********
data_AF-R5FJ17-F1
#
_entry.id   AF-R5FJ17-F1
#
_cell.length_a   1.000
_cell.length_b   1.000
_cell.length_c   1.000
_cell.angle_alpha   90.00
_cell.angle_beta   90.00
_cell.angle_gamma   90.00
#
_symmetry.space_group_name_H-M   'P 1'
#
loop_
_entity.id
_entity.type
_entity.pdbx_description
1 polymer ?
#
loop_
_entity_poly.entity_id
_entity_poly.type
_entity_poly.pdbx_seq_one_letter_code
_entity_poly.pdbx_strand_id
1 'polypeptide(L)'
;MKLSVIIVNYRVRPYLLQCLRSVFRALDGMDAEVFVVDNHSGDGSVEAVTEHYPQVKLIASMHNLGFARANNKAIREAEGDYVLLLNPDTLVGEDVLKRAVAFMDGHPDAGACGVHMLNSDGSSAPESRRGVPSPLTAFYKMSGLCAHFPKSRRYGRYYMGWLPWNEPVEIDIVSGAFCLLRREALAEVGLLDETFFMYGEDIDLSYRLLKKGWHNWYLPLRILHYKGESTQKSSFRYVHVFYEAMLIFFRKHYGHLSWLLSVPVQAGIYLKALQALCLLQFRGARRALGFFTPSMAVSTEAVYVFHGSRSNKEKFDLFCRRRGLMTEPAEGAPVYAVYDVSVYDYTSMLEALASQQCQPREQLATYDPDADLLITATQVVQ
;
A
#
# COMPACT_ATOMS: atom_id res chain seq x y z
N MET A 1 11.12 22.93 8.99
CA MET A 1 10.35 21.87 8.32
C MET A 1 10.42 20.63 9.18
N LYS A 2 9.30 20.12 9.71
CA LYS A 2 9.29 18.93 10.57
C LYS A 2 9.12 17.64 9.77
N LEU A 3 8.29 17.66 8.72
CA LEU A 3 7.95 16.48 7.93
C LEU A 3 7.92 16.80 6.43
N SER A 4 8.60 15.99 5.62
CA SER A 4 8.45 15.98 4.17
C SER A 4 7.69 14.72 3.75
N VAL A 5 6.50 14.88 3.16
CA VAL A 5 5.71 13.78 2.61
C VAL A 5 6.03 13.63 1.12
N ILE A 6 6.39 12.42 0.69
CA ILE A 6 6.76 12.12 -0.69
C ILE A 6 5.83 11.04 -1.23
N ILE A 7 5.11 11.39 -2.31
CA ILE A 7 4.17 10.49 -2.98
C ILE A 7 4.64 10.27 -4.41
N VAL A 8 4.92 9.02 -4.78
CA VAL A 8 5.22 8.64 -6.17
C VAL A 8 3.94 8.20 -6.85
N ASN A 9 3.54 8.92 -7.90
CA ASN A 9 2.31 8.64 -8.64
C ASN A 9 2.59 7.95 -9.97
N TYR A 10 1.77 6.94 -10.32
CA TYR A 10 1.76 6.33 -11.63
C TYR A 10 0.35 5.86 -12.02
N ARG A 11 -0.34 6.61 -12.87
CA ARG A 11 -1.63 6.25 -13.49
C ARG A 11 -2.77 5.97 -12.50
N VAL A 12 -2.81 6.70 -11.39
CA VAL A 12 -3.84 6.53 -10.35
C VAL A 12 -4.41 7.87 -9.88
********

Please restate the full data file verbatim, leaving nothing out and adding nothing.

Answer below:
data_AF-R5FJ17-F1
#
_entry.id   AF-R5FJ17-F1
#
_cell.length_a   1.000
_cell.length_b   1.000
_cell.length_c   1.000
_cell.angle_alpha   90.00
_cell.angle_beta   90.00
_cell.angle_gamma   90.00
#
_symmetry.space_group_name_H-M   'P 1'
#
loop_
_entity.id
_entity.type
_entity.pdbx_description
1 polymer ?
#
loop_
_entity_poly.entity_id
_entity_poly.type
_entity_poly.pdbx_seq_one_letter_code
_entity_poly.pdbx_strand_id
1 'polypeptide(L)'
;MKLSVIIVNYRVRPYLLQCLRSVFRALDGMDAEVFVVDNHSGDGSVEAVTEHYPQVKLIASMHNLGFARANNKAIREAEGDYVLLLNPDTLVGEDVLKRAVAFMDGHPDAGACGVHMLNSDGSSAPESRRGVPSPLTAFYKMSGLCAHFPKSRRYGRYYMGWLPWNEPVEIDIVSGAFCLLRREALAEVGLLDETFFMYGEDIDLSYRLLKKGWHNWYLPLRILHYKGESTQKSSFRYVHVFYEAMLIFFRKHYGHLSWLLSVPVQAGIYLKALQALCLLQFRGARRALGFFTPSMAVSTEAVYVFHGSRSNKEKFDLFCRRRGLMTEPAEGAPVYAVYDVSVYDYTSMLEALASQQCQPREQLATYDPDADLLITATQVVQ
;
A
#
# COMPACT_ATOMS: atom_id res chain seq x y z
N MET A 1 11.12 22.93 8.99
CA MET A 1 10.35 21.87 8.32
C MET A 1 10.42 20.63 9.18
N LYS A 2 9.30 20.12 9.71
CA LYS A 2 9.29 18.93 10.57
C LYS A 2 9.12 17.64 9.77
N LEU A 3 8.29 17.66 8.72
CA LEU A 3 7.95 16.48 7.93
C LEU A 3 7.92 16.80 6.43
N SER A 4 8.60 15.99 5.62
CA SER A 4 8.45 15.98 4.17
C SER A 4 7.69 14.72 3.75
N VAL A 5 6.50 14.88 3.16
CA VAL A 5 5.71 13.78 2.61
C VAL A 5 6.03 13.63 1.12
N ILE A 6 6.39 12.42 0.69
CA ILE A 6 6.76 12.12 -0.69
C ILE A 6 5.83 11.04 -1.23
N ILE A 7 5.11 11.39 -2.31
CA ILE A 7 4.17 10.49 -2.98
C ILE A 7 4.64 10.27 -4.41
N VAL A 8 4.92 9.02 -4.78
CA VAL A 8 5.22 8.64 -6.17
C VAL A 8 3.94 8.20 -6.85
N ASN A 9 3.54 8.92 -7.90
CA ASN A 9 2.31 8.64 -8.64
C ASN A 9 2.59 7.95 -9.97
N TYR A 10 1.77 6.94 -10.32
CA TYR A 10 1.76 6.33 -11.63
C TYR A 10 0.35 5.86 -12.02
N ARG A 11 -0.34 6.61 -12.87
CA ARG A 11 -1.63 6.25 -13.49
C ARG A 11 -2.77 5.97 -12.50
N VAL A 12 -2.81 6.70 -11.39
CA VAL A 12 -3.84 6.53 -10.35
C VAL A 12 -4.41 7.87 -9.88